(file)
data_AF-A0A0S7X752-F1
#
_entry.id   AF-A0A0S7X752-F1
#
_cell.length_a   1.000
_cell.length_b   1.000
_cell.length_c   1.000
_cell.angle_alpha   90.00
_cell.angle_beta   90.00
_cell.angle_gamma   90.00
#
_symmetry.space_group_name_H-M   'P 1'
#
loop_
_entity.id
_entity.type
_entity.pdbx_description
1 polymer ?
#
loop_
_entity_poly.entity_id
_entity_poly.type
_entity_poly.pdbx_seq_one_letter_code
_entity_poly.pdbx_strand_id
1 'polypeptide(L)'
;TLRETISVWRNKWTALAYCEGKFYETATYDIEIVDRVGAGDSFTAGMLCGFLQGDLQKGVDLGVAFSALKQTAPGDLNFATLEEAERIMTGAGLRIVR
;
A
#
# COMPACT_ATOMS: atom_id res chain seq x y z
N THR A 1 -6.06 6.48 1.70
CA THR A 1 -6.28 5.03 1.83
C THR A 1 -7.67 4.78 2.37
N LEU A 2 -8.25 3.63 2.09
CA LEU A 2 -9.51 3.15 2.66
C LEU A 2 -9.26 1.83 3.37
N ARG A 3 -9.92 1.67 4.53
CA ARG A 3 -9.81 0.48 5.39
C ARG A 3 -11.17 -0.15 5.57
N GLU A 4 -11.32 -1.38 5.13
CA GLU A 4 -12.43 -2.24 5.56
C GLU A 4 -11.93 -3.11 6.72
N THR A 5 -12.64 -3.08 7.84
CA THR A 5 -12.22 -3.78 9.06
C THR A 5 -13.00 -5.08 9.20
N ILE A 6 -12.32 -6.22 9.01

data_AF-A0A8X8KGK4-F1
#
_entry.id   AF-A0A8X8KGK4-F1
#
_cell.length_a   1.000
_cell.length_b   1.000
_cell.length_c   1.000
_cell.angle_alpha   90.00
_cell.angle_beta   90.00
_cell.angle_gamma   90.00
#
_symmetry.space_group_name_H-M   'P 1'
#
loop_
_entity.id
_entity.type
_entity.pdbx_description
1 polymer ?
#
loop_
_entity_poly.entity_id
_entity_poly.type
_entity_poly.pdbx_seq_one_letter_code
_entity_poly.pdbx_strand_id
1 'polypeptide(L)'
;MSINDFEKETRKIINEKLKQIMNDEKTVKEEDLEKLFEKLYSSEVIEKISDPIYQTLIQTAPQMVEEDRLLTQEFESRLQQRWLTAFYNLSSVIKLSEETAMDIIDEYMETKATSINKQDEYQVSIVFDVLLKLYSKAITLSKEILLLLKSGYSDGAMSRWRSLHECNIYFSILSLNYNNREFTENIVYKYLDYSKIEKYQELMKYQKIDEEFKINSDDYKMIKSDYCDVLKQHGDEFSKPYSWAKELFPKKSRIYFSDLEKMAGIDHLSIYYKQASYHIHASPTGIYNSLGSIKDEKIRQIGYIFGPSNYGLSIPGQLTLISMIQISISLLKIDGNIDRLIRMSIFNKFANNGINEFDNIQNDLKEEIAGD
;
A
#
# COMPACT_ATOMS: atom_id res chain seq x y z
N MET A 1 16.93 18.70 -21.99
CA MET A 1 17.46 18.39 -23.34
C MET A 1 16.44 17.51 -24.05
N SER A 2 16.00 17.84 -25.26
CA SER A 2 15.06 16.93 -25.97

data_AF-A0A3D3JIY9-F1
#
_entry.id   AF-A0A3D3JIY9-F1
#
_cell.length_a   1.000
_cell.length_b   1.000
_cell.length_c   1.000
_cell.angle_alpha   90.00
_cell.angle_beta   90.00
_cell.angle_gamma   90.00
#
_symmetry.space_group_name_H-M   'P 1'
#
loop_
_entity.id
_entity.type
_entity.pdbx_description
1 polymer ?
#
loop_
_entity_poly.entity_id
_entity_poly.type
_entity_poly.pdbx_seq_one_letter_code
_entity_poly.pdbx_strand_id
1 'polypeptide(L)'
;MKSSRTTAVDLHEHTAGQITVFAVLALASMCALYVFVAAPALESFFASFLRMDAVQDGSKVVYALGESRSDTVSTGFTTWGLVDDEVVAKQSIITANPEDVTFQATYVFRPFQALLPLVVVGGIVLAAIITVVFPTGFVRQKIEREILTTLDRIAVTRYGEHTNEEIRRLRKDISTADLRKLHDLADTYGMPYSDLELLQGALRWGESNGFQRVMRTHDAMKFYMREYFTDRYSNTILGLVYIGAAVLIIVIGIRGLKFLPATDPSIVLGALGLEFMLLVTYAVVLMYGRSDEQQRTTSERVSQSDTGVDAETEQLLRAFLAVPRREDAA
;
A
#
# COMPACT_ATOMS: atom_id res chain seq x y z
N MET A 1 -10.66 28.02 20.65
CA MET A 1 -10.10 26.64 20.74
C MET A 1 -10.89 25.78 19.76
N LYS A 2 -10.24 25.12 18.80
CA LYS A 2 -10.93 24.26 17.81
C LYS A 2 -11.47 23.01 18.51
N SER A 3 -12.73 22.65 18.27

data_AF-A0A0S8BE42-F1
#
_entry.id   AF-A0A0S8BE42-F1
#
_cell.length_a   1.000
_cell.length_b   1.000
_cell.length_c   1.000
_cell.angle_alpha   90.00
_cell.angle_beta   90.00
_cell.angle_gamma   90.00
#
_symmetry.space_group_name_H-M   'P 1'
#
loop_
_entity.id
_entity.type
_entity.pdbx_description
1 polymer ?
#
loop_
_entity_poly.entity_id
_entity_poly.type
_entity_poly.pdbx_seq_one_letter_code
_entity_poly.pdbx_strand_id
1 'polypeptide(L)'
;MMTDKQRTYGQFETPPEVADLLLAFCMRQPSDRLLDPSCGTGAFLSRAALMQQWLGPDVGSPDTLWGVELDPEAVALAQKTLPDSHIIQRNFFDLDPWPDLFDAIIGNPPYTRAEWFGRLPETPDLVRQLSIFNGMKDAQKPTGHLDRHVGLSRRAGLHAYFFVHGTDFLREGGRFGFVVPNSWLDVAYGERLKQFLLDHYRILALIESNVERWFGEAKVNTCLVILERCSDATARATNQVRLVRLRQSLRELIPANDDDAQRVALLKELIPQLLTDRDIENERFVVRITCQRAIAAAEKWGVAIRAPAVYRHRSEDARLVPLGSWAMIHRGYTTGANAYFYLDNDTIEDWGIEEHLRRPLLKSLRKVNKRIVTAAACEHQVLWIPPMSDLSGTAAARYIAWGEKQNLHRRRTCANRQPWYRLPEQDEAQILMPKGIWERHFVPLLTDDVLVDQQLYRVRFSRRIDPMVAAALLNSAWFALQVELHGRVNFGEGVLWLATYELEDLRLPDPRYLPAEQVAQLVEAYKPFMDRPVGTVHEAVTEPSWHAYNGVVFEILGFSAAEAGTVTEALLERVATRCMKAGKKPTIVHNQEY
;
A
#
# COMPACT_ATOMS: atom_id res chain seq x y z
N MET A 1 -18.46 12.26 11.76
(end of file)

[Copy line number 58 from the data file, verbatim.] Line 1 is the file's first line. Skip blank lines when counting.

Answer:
_symmetry.space_group_name_H-M   'P 1'